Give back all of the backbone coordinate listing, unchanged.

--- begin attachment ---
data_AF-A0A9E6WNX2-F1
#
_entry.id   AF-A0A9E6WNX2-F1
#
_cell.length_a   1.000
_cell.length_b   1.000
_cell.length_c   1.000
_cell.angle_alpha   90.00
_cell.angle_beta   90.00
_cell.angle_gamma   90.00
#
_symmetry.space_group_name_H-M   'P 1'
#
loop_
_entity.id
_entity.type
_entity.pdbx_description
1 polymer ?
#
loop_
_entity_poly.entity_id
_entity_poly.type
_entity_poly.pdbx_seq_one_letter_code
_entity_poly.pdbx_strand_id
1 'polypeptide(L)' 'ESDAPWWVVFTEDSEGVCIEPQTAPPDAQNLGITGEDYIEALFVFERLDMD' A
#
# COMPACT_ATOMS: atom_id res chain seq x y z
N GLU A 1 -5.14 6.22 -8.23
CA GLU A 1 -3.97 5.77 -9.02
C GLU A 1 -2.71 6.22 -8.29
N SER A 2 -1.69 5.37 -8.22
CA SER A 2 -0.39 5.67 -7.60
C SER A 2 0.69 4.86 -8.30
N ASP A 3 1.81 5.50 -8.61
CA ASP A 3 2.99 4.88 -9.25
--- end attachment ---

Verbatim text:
data_AF-A0A9E6WNX2-F1
#
_entry.id   AF-A0A9E6WNX2-F1
#
_cell.length_a   1.000
_cell.length_b   1.000
_cell.length_c   1.000
_cell.angle_alpha   90.00
_cell.angle_beta   90.00
_cell.angle_gamma   90.00
#
_symmetry.space_group_name_H-M   'P 1'
#
loop_
_entity.id
_entity.type
_entity.pdbx_description
1 polymer ?
#
loop_
_entity_poly.entity_id
_entity_poly.type
_entity_poly.pdbx_seq_one_letter_code
_entity_poly.pdbx_strand_id
1 'polypeptide(L)' 'ESDAPWWVVFTEDSEGVCIEPQTAPPDAQNLGITGEDYIEALFVFERLDMD' A
#
# COMPACT_ATOMS: atom_id res chain seq x y z
N GLU A 1 -5.14 6.22 -8.23
CA GLU A 1 -3.97 5.77 -9.02
C GLU A 1 -2.71 6.22 -8.29
N SER A 2 -1.69 5.37 -8.22
CA SER A 2 -0.39 5.67 -7.60
C SER A 2 0.69 4.86 -8.30
N ASP A 3 1.81 5.50 -8.61
CA ASP A 3 2.99 4.88 -9.25